From the figure above, about 3.6% of the bovines sold by farms in 2012 were sold by small farms. But, the corresponding numbers for chickens, turkeys and pigs is much smaller. In fact, only about 2 chickens out of every 10,000 chickens sold each year is sold by a small farm. Only about 1 in 1,000 turkeys sold each year is sold by a small farm. Only about 1 in 1,000 pigs sold each year is sold by a small farm.
Despite how small the above numbers are, they are actually an overestimate if the definition of a small farm is strictly applied because these categories of farms sometimes represent significantly more than 50% of the farms—for example, almost 75% of turkey farms are farms which sell fewer than 2,000 turkeys per year. Especially in the case of bovines, there is another reason why these numbers are an overestimate. Since the USDA reports sales of animals and not the slaughter of the animals categorized by the size of farms, there is the possibility of double counting—it is possible that one farm reports the sale of a cow to a different large farm which operates a feedlot for what is known in the industry as “finishing” (fattening up on special feed before slaughter) and the feedlot operator later also reports the sale of the same cow for slaughter. So, the percentage of bovines raised on small farms for their entire lives is actually even smaller than the 3.6% inferred from the figure above.
Now, the numbers in the graph above from 2002 to 2012 are so small for pigs, chickens and turkeys that they deserve another expanded graph for just that period of time and for those animals. Also, it will not surprise me if some readers feel that the definition of small farms should include farms larger than what I used earlier. So, how about we also plot data to include farms whose sizes are at least four times what I allowed earlier as the maximum size of a small farm?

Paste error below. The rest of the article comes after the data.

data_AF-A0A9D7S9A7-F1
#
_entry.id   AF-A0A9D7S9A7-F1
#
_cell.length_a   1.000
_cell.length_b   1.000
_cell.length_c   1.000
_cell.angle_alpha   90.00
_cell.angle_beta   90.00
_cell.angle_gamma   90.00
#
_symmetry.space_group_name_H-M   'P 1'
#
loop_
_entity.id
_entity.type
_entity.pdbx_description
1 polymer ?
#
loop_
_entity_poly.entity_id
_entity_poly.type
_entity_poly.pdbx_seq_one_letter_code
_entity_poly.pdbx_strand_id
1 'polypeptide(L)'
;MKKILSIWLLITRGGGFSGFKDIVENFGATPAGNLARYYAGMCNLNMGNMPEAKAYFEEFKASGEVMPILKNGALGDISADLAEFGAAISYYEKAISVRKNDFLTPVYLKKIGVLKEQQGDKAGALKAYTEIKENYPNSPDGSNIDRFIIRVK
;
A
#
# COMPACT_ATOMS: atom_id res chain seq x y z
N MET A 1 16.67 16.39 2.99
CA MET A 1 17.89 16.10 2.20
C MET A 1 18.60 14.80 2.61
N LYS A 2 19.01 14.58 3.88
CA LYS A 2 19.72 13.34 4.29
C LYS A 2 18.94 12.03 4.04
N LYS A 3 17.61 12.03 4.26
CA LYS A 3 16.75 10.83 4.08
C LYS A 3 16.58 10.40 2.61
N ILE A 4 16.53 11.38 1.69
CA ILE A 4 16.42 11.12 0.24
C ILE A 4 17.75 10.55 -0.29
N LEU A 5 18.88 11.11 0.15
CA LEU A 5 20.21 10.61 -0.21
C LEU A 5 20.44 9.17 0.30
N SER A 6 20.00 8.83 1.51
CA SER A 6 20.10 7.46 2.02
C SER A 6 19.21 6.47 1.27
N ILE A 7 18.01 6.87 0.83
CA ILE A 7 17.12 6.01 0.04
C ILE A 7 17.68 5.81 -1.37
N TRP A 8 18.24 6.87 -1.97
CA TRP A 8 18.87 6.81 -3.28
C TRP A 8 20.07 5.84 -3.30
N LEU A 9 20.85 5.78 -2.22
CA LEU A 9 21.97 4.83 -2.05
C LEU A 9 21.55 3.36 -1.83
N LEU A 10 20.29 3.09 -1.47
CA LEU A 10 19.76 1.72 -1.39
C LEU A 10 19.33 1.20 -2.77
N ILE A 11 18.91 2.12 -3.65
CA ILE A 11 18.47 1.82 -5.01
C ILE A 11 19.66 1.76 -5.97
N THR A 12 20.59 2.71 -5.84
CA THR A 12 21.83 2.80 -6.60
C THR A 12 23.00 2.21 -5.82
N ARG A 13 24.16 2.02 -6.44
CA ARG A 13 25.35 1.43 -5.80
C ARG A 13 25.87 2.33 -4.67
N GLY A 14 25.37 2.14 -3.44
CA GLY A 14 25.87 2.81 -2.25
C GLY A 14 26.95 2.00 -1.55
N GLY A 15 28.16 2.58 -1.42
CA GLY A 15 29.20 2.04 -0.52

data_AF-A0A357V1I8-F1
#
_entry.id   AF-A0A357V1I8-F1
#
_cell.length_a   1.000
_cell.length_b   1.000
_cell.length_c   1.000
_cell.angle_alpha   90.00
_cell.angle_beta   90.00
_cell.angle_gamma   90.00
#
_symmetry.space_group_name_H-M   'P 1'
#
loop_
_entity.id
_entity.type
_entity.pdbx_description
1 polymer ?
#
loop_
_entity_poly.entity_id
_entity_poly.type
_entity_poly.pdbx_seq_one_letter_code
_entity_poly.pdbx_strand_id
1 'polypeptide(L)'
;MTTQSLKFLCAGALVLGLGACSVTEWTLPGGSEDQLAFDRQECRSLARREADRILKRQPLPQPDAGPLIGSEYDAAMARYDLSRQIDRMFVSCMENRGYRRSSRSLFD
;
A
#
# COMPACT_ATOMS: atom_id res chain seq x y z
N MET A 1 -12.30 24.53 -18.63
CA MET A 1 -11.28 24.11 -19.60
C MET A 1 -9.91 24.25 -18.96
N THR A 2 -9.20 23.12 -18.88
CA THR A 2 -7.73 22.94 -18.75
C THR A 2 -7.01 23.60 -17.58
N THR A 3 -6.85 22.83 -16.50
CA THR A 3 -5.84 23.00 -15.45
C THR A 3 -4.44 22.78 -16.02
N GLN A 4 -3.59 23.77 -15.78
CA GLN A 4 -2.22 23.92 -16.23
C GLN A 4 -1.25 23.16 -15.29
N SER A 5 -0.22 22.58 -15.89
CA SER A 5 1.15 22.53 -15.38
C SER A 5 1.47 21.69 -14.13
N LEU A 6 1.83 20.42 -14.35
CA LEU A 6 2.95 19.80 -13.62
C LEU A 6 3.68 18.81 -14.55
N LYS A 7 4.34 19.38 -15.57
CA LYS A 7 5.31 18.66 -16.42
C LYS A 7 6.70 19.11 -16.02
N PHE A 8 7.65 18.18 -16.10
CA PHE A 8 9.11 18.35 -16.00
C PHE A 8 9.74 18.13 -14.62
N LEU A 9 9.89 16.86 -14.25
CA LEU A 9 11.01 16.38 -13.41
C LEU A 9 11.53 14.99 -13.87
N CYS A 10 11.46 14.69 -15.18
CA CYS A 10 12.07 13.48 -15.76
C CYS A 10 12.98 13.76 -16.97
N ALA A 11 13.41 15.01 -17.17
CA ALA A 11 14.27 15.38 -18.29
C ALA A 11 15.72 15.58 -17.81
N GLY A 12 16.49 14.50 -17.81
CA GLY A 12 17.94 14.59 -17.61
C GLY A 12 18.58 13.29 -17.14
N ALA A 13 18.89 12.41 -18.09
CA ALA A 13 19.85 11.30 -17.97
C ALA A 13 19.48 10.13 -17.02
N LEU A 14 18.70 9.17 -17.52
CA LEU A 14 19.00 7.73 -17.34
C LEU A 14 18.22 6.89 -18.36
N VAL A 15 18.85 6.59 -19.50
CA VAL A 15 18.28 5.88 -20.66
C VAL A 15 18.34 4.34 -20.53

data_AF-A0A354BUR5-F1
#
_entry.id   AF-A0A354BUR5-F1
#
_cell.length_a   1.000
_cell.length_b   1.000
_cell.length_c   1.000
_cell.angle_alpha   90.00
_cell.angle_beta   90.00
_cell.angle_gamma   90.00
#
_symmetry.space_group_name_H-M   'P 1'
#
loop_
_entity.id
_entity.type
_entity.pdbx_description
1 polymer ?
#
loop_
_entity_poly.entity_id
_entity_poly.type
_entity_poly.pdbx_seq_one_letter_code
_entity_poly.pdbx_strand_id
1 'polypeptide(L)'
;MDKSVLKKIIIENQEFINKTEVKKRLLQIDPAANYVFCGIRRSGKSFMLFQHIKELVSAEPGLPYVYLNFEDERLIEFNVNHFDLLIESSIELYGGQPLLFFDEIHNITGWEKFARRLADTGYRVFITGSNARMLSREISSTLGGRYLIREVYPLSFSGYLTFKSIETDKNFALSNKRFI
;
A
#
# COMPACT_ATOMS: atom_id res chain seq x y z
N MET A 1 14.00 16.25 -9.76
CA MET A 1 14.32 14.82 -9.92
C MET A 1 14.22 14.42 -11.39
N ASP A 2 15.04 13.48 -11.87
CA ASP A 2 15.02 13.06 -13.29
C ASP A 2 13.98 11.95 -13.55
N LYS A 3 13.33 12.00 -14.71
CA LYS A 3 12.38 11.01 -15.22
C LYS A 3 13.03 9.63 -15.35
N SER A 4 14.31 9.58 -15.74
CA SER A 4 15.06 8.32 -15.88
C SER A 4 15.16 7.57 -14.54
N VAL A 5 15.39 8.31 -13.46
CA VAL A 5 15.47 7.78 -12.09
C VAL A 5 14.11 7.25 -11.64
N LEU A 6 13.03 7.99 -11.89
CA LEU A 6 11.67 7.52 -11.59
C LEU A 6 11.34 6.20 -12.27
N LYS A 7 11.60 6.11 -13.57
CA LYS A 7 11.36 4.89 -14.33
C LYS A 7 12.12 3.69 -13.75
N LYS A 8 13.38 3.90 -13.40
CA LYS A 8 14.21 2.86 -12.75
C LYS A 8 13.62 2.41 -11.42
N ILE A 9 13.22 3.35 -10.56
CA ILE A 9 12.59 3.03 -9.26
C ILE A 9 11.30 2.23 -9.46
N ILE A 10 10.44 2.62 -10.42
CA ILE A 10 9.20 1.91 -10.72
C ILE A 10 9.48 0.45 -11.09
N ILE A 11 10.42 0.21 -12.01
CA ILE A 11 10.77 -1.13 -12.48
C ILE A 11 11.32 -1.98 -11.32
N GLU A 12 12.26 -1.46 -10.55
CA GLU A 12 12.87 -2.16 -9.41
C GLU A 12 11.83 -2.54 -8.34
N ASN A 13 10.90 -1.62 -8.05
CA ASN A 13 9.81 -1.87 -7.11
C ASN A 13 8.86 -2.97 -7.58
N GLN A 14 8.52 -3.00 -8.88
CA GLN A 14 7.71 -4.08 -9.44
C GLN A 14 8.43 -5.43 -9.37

sold out of certain classes of farms
for every 10,000 animals of that category sold each year
There are a number of reasons why the cows we use for beef are not as likely to be factory farmed in large operations as smaller animals like chickens and turkeys and even pigs. Not surprisingly, except for the meat of bovines, the portion of the meat purchased in the US that comes from small farms, by almost any definition of a small farm, is miniscule. But, bovines are a tiny fraction—only about one-third of one percent—of the land animals we use and abuse for food. From the point of view of an animal advocate, who cares as much for the suffering of a chicken as for the suffering of a cow, it remains true that the total number of animals sold out of small farms is a minuscule fraction of all animals sold for food.
How is it possible that small farms constitute more than 50% of all farms, and yet they sell, for example, only about 2 chickens out of every 10,000 chickens sold in the US? Because large farms raise and sell so many chickens that their numbers completely overwhelm those of all the small farms combined. In fact, more than 99.49% of the chickens sold in 2012 were sold by farms that sold 100,000 or more chickens that year. More than 98.76% of pigs sold in 2012 were sold by farms that sold 1,000 or more pigs that year.
Recent years have seen significant coverage in the media and excitement about the small farm movement and its rising impact. While this impact has been more pronounced in the market for fruits and vegetables, the movement has also made a difference in the market for some animal products. For example, the percentage of chickens sold by small farms increased by more than 60% between 2007 and 2012. But, this was an increase from a mere 1.3 chickens to a mere 2.1 chickens for every 10,000 chickens sold.
Despite the recent rise of small farms and the promise they hold, their impact—in terms of the number of animals forced to churn through our food system—still remains minuscule today.